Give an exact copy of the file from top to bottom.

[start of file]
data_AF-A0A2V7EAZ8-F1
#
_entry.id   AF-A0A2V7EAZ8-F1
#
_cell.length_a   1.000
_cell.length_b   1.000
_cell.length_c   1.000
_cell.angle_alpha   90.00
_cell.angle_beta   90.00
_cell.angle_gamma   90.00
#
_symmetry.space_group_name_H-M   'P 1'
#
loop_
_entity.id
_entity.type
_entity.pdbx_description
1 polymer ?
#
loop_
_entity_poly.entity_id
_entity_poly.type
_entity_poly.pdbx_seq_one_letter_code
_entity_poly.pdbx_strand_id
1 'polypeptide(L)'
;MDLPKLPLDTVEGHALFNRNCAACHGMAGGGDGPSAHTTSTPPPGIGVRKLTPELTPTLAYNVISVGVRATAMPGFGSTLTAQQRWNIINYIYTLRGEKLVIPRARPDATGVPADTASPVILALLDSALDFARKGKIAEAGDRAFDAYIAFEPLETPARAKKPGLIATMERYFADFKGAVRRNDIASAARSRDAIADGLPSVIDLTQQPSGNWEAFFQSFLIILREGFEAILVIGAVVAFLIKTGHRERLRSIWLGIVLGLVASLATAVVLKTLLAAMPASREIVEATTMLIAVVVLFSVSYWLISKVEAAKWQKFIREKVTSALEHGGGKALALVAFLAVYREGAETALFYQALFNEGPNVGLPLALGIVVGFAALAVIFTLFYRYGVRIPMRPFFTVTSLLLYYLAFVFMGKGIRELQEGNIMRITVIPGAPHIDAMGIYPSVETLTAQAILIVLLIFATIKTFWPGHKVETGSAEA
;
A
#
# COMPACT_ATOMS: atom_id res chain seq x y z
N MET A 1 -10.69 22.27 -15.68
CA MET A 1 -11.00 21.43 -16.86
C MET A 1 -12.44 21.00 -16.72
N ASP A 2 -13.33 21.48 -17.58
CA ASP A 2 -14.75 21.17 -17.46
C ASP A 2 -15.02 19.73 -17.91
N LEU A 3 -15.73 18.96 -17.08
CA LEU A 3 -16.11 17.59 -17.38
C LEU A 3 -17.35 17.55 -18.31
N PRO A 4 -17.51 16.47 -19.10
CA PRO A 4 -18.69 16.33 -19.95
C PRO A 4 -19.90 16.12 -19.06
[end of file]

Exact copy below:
data_AF-A0A2V7EAZ8-F1
#
_entry.id   AF-A0A2V7EAZ8-F1
#
_cell.length_a   1.000
_cell.length_b   1.000
_cell.length_c   1.000
_cell.angle_alpha   90.00
_cell.angle_beta   90.00
_cell.angle_gamma   90.00
#
_symmetry.space_group_name_H-M   'P 1'
#
loop_
_entity.id
_entity.type
_entity.pdbx_description
1 polymer ?
#
loop_
_entity_poly.entity_id
_entity_poly.type
_entity_poly.pdbx_seq_one_letter_code
_entity_poly.pdbx_strand_id
1 'polypeptide(L)'
;MDLPKLPLDTVEGHALFNRNCAACHGMAGGGDGPSAHTTSTPPPGIGVRKLTPELTPTLAYNVISVGVRATAMPGFGSTLTAQQRWNIINYIYTLRGEKLVIPRARPDATGVPADTASPVILALLDSALDFARKGKIAEAGDRAFDAYIAFEPLETPARAKKPGLIATMERYFADFKGAVRRNDIASAARSRDAIADGLPSVIDLTQQPSGNWEAFFQSFLIILREGFEAILVIGAVVAFLIKTGHRERLRSIWLGIVLGLVASLATAVVLKTLLAAMPASREIVEATTMLIAVVVLFSVSYWLISKVEAAKWQKFIREKVTSALEHGGGKALALVAFLAVYREGAETALFYQALFNEGPNVGLPLALGIVVGFAALAVIFTLFYRYGVRIPMRPFFTVTSLLLYYLAFVFMGKGIRELQEGNIMRITVIPGAPHIDAMGIYPSVETLTAQAILIVLLIFATIKTFWPGHKVETGSAEA
;
A
#
# COMPACT_ATOMS: atom_id res chain seq x y z
N MET A 1 -10.69 22.27 -15.68
CA MET A 1 -11.00 21.43 -16.86
C MET A 1 -12.44 21.00 -16.72
N ASP A 2 -13.33 21.48 -17.58
CA ASP A 2 -14.75 21.17 -17.46
C ASP A 2 -15.02 19.73 -17.91
N LEU A 3 -15.73 18.96 -17.08
CA LEU A 3 -16.11 17.59 -17.38
C LEU A 3 -17.35 17.55 -18.31
N PRO A 4 -17.51 16.47 -19.10
CA PRO A 4 -18.69 16.33 -19.95
C PRO A 4 -19.90 16.12 -19.06